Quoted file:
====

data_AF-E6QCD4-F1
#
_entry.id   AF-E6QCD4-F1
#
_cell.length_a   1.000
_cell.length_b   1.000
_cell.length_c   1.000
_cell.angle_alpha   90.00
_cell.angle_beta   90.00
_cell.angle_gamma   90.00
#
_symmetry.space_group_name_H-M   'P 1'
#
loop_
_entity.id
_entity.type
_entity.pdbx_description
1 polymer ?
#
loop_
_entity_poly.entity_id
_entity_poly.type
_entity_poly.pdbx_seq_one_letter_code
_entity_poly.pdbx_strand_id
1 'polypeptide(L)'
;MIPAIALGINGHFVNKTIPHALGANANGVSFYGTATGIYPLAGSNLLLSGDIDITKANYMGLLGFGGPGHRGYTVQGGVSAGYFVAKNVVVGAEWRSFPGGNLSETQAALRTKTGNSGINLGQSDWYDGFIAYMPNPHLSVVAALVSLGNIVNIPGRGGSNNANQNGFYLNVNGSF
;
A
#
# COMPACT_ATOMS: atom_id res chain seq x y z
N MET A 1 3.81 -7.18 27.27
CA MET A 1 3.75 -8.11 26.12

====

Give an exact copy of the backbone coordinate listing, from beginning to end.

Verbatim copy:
data_AF-E6QCD4-F1
#
_entry.id   AF-E6QCD4-F1
#
_cell.length_a   1.000
_cell.length_b   1.000
_cell.length_c   1.000
_cell.angle_alpha   90.00
_cell.angle_beta   90.00
_cell.angle_gamma   90.00
#
_symmetry.space_group_name_H-M   'P 1'
#
loop_
_entity.id
_entity.type
_entity.pdbx_description
1 polymer ?
#
loop_
_entity_poly.entity_id
_entity_poly.type
_entity_poly.pdbx_seq_one_letter_code
_entity_poly.pdbx_strand_id
1 'polypeptide(L)'
;MIPAIALGINGHFVNKTIPHALGANANGVSFYGTATGIYPLAGSNLLLSGDIDITKANYMGLLGFGGPGHRGYTVQGGVSAGYFVAKNVVVGAEWRSFPGGNLSETQAALRTKTGNSGINLGQSDWYDGFIAYMPNPHLSVVAALVSLGNIVNIPGRGGSNNANQNGFYLNVNGSF
;
A
#
# COMPACT_ATOMS: atom_id res chain seq x y z
N MET A 1 3.81 -7.18 27.27
CA MET A 1 3.75 -8.11 26.12